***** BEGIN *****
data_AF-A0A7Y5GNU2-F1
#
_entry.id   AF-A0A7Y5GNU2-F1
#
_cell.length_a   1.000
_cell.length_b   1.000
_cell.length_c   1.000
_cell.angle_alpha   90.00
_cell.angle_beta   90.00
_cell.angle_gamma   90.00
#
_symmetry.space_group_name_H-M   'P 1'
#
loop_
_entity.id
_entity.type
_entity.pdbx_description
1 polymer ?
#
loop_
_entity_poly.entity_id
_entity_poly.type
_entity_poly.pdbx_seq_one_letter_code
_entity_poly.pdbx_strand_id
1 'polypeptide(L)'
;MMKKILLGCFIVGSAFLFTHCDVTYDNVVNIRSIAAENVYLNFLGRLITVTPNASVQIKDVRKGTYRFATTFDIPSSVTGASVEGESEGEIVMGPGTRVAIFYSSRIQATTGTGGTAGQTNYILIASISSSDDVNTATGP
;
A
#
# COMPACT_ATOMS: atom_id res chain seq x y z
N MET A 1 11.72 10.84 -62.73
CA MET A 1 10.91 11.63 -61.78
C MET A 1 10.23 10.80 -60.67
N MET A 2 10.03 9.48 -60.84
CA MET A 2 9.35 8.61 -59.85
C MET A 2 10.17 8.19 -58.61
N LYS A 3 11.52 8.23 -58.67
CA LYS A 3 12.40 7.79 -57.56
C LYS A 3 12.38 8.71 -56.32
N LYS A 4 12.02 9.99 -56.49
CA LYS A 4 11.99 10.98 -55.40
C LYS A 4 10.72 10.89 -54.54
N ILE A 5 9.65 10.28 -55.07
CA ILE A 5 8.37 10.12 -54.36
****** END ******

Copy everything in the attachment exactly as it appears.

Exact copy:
data_AF-A0A7Y5GNU2-F1
#
_entry.id   AF-A0A7Y5GNU2-F1
#
_cell.length_a   1.000
_cell.length_b   1.000
_cell.length_c   1.000
_cell.angle_alpha   90.00
_cell.angle_beta   90.00
_cell.angle_gamma   90.00
#
_symmetry.space_group_name_H-M   'P 1'
#
loop_
_entity.id
_entity.type
_entity.pdbx_description
1 polymer ?
#
loop_
_entity_poly.entity_id
_entity_poly.type
_entity_poly.pdbx_seq_one_letter_code
_entity_poly.pdbx_strand_id
1 'polypeptide(L)'
;MMKKILLGCFIVGSAFLFTHCDVTYDNVVNIRSIAAENVYLNFLGRLITVTPNASVQIKDVRKGTYRFATTFDIPSSVTGASVEGESEGEIVMGPGTRVAIFYSSRIQATTGTGGTAGQTNYILIASISSSDDVNTATGP
;
A
#
# COMPACT_ATOMS: atom_id res chain seq x y z
N MET A 1 11.72 10.84 -62.73
CA MET A 1 10.91 11.63 -61.78
C MET A 1 10.23 10.80 -60.67
N MET A 2 10.03 9.48 -60.84
CA MET A 2 9.35 8.61 -59.85
C MET A 2 10.17 8.19 -58.61
N LYS A 3 11.52 8.23 -58.67
CA LYS A 3 12.40 7.79 -57.56
C LYS A 3 12.38 8.71 -56.32
N LYS A 4 12.02 9.99 -56.49
CA LYS A 4 11.99 10.98 -55.40
C LYS A 4 10.72 10.89 -54.54
N ILE A 5 9.65 10.28 -55.07
CA ILE A 5 8.37 10.12 -54.36